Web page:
WHO reports exponential increase in cholera cases in Africa

Across the continent, cases in January were 30 percent higher than all of last year.

Most of the new infections and deaths have occurred in Malawi, which is experiencing its worst outbreak in 20 years.

10 affected countries

Overall, 10 African countries are affected cholera. The waterborne disease causes acute watery diarrhea and can kill within hours, but is easily treated.

In addition to Malawi, cases have been reported in neighboring Mozambique and Zambia, as well as in Burundi, Cameroon, the Democratic Republic of the Congo (DRC) and Nigeria.

Ethiopia, Kenya and Somalia are also responding to outbreaks amid a historic drought in the Horn of Africa that leaves millions in dire need of humanitarian assistance.

“Alarm Scenario”

“We are seeing an alarming scenario when conflicts and extreme climate events exacerbate cholera triggers and increase its number of lives,” said Dr. Matshidiso Moeti, WHO Regional Director for Africa.

As of January 29, about 26,000 cases and 660 deaths have been reported in 10 countries.

The WHO has warned that if the current trend continues, cases could outnumber registered in 2021, the worst year for cholera in Africa in nearly a decade.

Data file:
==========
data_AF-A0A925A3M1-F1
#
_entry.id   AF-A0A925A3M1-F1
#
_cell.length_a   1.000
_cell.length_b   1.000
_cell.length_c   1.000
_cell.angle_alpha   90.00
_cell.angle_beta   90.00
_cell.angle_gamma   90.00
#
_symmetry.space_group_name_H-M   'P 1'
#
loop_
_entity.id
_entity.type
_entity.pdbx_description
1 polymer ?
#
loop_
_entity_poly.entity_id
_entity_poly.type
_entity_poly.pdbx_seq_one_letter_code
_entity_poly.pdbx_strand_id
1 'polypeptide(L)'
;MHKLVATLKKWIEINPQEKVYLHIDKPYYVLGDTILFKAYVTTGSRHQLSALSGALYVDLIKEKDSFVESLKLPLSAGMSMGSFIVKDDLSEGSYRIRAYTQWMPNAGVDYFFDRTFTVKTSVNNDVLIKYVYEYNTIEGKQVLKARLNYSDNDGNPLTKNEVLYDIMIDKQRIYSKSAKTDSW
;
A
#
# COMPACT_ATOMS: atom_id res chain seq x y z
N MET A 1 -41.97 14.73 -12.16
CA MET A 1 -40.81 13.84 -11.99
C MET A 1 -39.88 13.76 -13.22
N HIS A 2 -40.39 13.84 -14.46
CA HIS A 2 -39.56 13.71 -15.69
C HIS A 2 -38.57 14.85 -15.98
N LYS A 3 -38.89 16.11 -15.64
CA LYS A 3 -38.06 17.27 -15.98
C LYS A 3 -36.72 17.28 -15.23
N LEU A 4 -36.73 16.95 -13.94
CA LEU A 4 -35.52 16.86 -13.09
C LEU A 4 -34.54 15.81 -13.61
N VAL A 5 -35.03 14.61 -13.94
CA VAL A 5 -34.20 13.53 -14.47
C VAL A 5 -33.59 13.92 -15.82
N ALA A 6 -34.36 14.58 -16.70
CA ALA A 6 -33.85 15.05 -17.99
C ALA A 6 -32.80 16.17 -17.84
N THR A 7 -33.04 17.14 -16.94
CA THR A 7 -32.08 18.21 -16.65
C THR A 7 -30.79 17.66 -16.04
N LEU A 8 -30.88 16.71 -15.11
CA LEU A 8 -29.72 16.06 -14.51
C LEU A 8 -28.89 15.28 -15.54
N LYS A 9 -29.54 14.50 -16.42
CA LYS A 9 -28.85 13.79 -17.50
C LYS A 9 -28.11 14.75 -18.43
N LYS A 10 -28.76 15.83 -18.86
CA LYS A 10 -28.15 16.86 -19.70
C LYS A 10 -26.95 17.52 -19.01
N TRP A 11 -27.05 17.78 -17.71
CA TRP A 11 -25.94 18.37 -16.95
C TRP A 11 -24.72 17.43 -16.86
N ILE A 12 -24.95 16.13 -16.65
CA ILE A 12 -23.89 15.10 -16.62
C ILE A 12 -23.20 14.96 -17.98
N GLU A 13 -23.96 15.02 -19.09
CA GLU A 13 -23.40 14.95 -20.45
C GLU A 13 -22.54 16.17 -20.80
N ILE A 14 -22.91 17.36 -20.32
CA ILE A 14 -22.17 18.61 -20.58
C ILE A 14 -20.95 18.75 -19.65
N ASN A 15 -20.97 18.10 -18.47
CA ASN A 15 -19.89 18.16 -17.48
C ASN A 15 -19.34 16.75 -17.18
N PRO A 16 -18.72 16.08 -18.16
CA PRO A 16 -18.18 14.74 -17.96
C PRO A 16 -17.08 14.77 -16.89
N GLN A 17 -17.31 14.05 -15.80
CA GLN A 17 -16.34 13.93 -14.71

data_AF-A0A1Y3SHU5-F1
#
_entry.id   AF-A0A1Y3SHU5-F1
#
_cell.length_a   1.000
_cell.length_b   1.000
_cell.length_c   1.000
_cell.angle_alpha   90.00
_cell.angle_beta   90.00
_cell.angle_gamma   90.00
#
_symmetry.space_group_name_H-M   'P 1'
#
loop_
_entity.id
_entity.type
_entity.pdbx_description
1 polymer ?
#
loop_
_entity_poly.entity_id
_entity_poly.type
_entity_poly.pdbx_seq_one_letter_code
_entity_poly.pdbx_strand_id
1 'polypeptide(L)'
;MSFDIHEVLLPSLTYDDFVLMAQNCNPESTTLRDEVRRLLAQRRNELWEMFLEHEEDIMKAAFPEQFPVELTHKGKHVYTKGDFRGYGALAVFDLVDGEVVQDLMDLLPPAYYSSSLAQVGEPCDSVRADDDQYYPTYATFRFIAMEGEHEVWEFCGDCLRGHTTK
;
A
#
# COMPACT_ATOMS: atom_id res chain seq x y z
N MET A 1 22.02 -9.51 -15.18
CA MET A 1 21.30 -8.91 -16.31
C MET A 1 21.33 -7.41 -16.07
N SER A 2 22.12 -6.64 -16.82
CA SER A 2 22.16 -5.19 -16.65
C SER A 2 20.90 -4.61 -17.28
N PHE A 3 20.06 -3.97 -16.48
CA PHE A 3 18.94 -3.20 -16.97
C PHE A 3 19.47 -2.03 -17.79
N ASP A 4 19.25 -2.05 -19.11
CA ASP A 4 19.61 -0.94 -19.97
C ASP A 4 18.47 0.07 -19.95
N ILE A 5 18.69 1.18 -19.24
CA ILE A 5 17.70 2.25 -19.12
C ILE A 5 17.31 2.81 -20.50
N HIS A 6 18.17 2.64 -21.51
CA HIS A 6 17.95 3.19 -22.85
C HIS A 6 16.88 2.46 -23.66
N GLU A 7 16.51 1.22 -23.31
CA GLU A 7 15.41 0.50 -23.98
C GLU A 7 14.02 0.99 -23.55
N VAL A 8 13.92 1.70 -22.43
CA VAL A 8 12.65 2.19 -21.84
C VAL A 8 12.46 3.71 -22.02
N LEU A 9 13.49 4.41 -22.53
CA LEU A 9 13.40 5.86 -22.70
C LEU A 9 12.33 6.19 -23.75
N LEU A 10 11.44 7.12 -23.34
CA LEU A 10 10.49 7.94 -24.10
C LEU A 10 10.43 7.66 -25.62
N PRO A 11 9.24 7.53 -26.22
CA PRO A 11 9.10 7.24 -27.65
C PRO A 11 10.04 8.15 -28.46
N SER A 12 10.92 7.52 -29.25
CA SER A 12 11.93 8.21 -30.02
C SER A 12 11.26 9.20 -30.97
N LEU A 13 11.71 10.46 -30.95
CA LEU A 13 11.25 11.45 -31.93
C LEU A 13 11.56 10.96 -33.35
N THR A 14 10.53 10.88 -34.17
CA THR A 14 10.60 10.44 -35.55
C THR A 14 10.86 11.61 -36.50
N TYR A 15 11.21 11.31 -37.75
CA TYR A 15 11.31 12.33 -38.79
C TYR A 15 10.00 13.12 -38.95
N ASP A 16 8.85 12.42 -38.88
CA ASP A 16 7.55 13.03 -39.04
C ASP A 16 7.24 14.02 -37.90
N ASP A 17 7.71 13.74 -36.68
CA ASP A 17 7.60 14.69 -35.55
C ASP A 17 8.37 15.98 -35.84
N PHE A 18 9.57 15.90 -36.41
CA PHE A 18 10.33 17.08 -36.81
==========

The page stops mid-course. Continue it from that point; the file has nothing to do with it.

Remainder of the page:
The average case fatality rate is almost three percent, up from the 2.3 percent reached in 2022 and far above the acceptable level below one.

“It is critical for African countries to improve their preparedness for rapid case detection and take comprehensive and timely responses,” said Dr Moeti.

Malawi support

WHO is helping governments fight back, including by strengthening disease surveillance, prevention and treatment, and engaging communities.

Sixty-five experts have been deployed to five countries, 40 to Malawi alone, where nearly 37,000 cholera cases and 1,210 deaths have been reported in all 29 districts since March last year.

In addition, WHO distributed cholera kits and other supplies, including oral rehydration salts, intravenous fluids, antibiotics, rapid diagnostic kits, personal protective equipment, tents and cholera beds.

He also helped set up nearly 50 rehydration sites in vulnerable communities and supported the recruitment of dozens of doctors, nurses and clinical technicians across the country.

More investment needed

In addition, WHO has also provided US$6 million to start an emergency cholera response in Malawi, Kenya and Mozambique through the International Vaccine Partnership known as the ICG.

The increase in the number of cholera outbreaks around the world has led to tremendous pressure on the availability of oral vaccines to treat the disease.

In October, the ICG temporarily suspended the standard two-dose regimen to a single-dose approach. A further surge in the incidence of cholera could exacerbate the deficiency.

“Every death from cholera is preventable,” said Dr. Moeti. “This disease is a problem not only for health, but also for development. Because such investment in improved sanitation and access to safe water greatly complements public health initiatives to sustainably control and eliminate cholera.”

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